The appetizer—raw beef filet cut into half-inch cubes, dressed with Dijon mayonnaise, capers and shallots and piled into a bowl—becomes a lush steak tartare as I fold in raw egg yolk and scoop a forkful onto a crisp baguette cracker. My expectations are low (so many have tartare on their menus, so many make it poorly), but my frown disappears at the first bite. “Wow!” I tell myself, savoring the meat’s earthiness, which is enhanced by its seasoning. “This place has promise.”
Some promises are kept, others not at Duck Duck Goose, which opened in Bethesda’s Woodmont Triangle in April. With some tweaking, the French bistro could be the kind of reliable neighborhood spot with amazing food we all fantasize about. The fine-tuning that’s needed all comes down to 30-year-old chef and owner Ashish Alfred, who grew up in Rockville and graduated from Magruder High School.
The diminutive restaurant, so charming you feel like you’ve stepped into a scene from Amélie, wraps the corner of Norfolk and Cordell avenues, the former site of Brasserie Monté Carlo. It seats 35 indoors and 20 on the patio. Inside, the stage is set with black bentwood chairs, wrought-iron-based tables, mismatched vintage silverware and striped cotton bistro napkins. Rounded floor-to-ceiling windows flood the space with light. (And direct sunlight, which can make the place stifling. Go after sundown in hot weather.)
Duck Duck Goose’s bistro atmosphere was inspired by restaurants in New York City’s West Village.
Alfred also owns nearby 4935 Bar and Kitchen, an American, French and Indian fusion restaurant, catering venue and nightclub. He graduated from Manhattan’s French Culinary Institute in 2010, interned for a year at Daniel, one of the world’s finest restaurants, and worked for two years at famed chef Mario Batali’s Lupa restaurant, also in New York.
Duck Duck Goose was inspired by the delightful little restaurants of New York’s West Village. “Those places really made an impression on me,” Alfred says. “Their design, how intimate they were, how much thought was put into every little detail.”
Things start well at Duck Duck Goose with refreshing cocktails, such as the Flower of the Sun, made with botanical gin, lemon verbena, Jack Rudy tonic and edible nasturtiums.
Chef and owner Ashish Alfred
Alfred’s smallish menu, divided into “Smalls,” “Shares,” “Mains” and “Features” (otherwise known as specials), suggests intriguing, updated French bistro food. Many dishes, including the steak tartare, hit the mark.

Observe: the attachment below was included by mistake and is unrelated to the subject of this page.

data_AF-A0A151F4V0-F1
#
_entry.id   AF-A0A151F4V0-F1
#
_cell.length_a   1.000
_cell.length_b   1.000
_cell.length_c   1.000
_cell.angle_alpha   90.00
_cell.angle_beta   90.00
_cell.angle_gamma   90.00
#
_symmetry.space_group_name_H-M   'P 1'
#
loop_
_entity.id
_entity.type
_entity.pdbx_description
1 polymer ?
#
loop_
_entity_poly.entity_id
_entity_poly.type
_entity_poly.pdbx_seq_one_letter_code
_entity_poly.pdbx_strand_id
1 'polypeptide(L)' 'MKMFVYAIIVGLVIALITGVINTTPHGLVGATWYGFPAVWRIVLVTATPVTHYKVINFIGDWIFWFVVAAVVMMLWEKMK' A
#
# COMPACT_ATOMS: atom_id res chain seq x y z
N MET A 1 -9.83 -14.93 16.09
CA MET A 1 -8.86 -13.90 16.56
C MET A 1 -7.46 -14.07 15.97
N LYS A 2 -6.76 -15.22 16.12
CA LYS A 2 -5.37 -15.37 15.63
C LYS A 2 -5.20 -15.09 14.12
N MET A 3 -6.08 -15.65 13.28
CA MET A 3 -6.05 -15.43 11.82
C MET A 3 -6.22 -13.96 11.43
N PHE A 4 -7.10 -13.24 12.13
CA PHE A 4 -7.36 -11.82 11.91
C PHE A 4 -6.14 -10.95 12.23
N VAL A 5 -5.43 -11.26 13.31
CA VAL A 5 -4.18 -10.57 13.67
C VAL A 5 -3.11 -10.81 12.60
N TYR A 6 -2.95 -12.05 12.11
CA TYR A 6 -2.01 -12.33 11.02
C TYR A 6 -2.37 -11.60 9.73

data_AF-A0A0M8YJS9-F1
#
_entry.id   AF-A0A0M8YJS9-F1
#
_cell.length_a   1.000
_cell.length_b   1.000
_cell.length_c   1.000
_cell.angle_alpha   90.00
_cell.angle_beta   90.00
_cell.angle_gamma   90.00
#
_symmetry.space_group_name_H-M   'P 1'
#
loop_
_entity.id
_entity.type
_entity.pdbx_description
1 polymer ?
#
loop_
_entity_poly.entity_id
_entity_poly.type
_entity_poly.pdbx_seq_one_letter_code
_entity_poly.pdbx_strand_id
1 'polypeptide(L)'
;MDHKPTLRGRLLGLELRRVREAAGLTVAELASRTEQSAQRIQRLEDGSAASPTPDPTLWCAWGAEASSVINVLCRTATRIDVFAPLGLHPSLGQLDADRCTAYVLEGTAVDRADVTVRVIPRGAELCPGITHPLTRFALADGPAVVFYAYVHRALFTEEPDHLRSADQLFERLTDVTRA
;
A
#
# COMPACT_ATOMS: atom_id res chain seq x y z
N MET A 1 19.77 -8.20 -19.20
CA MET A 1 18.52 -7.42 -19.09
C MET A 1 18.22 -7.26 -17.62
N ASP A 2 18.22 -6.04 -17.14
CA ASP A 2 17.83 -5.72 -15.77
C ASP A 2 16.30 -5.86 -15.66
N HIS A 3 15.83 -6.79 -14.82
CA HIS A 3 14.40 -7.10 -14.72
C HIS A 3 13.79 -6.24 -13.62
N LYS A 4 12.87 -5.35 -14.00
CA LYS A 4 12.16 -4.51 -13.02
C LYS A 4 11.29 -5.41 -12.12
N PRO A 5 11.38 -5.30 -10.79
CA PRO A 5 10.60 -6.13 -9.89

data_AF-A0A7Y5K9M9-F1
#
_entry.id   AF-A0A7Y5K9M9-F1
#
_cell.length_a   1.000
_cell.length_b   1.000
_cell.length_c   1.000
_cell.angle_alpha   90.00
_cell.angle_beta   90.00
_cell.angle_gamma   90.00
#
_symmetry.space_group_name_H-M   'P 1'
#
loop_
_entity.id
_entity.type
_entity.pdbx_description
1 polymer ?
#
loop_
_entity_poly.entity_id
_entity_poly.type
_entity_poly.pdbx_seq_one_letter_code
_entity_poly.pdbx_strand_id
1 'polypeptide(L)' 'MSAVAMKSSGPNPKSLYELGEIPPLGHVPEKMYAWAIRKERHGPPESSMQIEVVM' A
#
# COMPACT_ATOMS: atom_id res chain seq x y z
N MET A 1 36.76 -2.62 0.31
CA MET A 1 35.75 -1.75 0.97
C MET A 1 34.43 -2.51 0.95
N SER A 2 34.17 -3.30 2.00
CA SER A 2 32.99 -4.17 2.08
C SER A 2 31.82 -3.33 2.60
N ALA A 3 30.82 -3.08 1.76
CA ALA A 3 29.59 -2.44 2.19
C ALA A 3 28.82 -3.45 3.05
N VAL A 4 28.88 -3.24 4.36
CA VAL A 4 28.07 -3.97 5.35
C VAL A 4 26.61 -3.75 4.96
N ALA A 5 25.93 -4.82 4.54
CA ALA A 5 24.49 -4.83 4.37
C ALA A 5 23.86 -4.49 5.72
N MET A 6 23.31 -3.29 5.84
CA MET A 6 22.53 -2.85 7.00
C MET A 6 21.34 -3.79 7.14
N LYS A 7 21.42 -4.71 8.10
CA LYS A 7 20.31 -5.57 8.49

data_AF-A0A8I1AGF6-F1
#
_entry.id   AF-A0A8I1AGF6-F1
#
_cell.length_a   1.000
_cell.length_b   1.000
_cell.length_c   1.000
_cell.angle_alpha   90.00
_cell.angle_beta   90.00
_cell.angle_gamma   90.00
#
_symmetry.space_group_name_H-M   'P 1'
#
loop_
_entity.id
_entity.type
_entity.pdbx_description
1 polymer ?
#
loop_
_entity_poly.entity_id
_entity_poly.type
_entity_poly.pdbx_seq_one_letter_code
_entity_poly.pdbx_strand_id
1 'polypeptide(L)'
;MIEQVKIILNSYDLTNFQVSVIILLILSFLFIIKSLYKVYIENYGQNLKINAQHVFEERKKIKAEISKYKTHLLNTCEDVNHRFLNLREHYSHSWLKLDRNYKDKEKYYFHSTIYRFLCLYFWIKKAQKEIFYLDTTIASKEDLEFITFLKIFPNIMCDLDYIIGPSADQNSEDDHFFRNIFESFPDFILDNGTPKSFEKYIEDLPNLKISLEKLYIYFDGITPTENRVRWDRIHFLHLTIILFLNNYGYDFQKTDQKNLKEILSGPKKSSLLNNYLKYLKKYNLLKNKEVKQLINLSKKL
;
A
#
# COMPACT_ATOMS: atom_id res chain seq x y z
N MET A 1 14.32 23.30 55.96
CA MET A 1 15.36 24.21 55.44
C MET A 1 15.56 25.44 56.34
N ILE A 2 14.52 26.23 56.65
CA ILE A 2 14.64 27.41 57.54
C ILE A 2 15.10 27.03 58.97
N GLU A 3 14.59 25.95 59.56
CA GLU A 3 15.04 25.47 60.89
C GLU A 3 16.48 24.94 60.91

Fresh English pea purée—cleverly made with brie cheese to add richness and a hint of must from its moldy rind—fills handmade, football-shaped agnolotti cooked to al dente sublimity then served over white balsamic beurre blanc and topped with fresh pea shoots. This pasta is a dish worth returning for.
Agnolotti is filled with English pea purée.
A special of steamed clams with white wine, butter, garlic and chopped andouille sausage (though billed as chorizo) is pure heaven, especially when you sop the golden liquid with the accompanying slices of grilled baguette.
Rich in flavors and textures, a large steak of cauliflower resembles a cerebellum cross-section. It’s seared to golden brown and butter basted in a sauté pan until tender, then placed atop smoked date purée and garnished with pickled cauliflower florets, grated cauliflower “couscous” and cauliflower purée. The latter, though, is ice cold, rendering its texture congealed rather than velvety.
And that’s the issue at Duck Duck Goose. Details abound, but attention to them doesn’t.
Cauliflower over smoked date purée
A single-scallop “Small,” touched with white wine and fish stock, is sealed with a puff pastry rim within a scallop shell so that, when baked, it poaches beautifully inside. Served in the bottom shell, the scallop and pastry make a fine presentation anchored on a pile of salt—if you can avoid dragging the pastry through the salt when you pry it off the shell to eat it.